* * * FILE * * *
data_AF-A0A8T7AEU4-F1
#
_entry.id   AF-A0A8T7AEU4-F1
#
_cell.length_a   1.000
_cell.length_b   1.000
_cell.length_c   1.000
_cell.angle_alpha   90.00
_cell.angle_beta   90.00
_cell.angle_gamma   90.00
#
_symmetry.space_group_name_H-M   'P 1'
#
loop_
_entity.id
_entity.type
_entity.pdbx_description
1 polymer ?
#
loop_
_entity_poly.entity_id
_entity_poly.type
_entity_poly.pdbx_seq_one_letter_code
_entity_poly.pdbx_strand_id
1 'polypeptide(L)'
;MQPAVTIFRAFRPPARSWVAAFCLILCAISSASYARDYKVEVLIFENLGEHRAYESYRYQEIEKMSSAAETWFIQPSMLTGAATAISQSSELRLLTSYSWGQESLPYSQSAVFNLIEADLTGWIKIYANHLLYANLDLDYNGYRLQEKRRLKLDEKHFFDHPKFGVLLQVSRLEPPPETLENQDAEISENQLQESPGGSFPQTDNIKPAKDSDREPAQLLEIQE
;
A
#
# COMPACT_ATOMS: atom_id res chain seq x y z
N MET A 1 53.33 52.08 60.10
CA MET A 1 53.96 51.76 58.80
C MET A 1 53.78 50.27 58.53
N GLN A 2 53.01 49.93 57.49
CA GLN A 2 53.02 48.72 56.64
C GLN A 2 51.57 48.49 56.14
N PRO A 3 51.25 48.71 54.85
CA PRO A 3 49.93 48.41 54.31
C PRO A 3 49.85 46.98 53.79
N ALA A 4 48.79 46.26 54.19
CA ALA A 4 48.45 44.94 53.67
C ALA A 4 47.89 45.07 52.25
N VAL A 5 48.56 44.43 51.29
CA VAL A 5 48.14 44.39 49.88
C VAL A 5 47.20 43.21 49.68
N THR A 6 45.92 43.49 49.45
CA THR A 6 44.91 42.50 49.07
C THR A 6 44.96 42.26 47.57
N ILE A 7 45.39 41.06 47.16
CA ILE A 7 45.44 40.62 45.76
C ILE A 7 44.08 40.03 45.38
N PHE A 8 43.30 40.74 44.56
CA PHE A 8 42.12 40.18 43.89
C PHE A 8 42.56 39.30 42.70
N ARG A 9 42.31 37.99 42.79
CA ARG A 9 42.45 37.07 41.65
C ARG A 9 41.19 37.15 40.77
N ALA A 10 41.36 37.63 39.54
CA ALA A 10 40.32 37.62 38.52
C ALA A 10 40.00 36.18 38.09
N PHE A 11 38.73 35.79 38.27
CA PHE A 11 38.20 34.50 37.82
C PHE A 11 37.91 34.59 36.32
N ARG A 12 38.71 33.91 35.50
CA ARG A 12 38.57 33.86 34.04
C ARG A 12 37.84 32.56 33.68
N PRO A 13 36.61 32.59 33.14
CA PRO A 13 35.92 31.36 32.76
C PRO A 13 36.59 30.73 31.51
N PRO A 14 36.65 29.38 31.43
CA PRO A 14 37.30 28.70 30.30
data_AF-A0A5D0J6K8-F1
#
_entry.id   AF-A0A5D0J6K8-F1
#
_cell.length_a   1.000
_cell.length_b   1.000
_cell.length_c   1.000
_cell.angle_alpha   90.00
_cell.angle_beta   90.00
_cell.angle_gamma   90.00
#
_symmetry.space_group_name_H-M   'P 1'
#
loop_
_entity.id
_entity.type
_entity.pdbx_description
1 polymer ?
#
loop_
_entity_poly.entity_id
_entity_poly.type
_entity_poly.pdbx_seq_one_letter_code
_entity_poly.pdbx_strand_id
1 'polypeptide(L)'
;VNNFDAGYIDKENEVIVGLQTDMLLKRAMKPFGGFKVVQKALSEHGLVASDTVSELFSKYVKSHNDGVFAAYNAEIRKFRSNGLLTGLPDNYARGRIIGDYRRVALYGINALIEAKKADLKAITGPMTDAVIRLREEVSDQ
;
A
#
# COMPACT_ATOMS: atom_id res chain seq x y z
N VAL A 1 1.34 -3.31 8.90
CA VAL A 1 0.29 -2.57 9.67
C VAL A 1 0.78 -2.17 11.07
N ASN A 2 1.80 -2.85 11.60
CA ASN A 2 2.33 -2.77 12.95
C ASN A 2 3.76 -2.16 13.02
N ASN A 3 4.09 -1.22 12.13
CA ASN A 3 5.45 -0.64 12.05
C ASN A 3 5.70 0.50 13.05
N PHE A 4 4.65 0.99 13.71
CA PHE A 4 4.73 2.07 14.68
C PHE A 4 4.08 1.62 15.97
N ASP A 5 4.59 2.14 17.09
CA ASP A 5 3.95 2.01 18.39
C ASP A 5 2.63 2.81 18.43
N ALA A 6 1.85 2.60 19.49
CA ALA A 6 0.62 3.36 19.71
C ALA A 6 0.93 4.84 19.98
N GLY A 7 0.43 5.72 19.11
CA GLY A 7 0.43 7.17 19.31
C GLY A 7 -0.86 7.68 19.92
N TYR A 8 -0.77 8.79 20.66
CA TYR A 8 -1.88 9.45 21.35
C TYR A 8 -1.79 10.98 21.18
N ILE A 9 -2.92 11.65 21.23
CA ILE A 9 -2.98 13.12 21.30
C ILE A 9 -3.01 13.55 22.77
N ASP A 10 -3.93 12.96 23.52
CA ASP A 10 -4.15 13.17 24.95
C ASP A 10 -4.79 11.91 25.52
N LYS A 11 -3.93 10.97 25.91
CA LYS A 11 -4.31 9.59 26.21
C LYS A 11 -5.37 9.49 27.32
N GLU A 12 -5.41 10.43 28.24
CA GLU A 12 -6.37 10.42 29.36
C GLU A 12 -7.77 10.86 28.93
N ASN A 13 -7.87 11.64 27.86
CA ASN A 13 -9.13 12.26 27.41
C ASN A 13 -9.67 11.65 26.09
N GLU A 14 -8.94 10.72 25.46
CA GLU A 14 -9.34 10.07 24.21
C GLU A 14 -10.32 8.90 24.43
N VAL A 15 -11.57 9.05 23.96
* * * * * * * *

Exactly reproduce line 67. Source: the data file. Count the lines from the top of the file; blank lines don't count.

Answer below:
N PRO A 13 36.61 32.59 33.14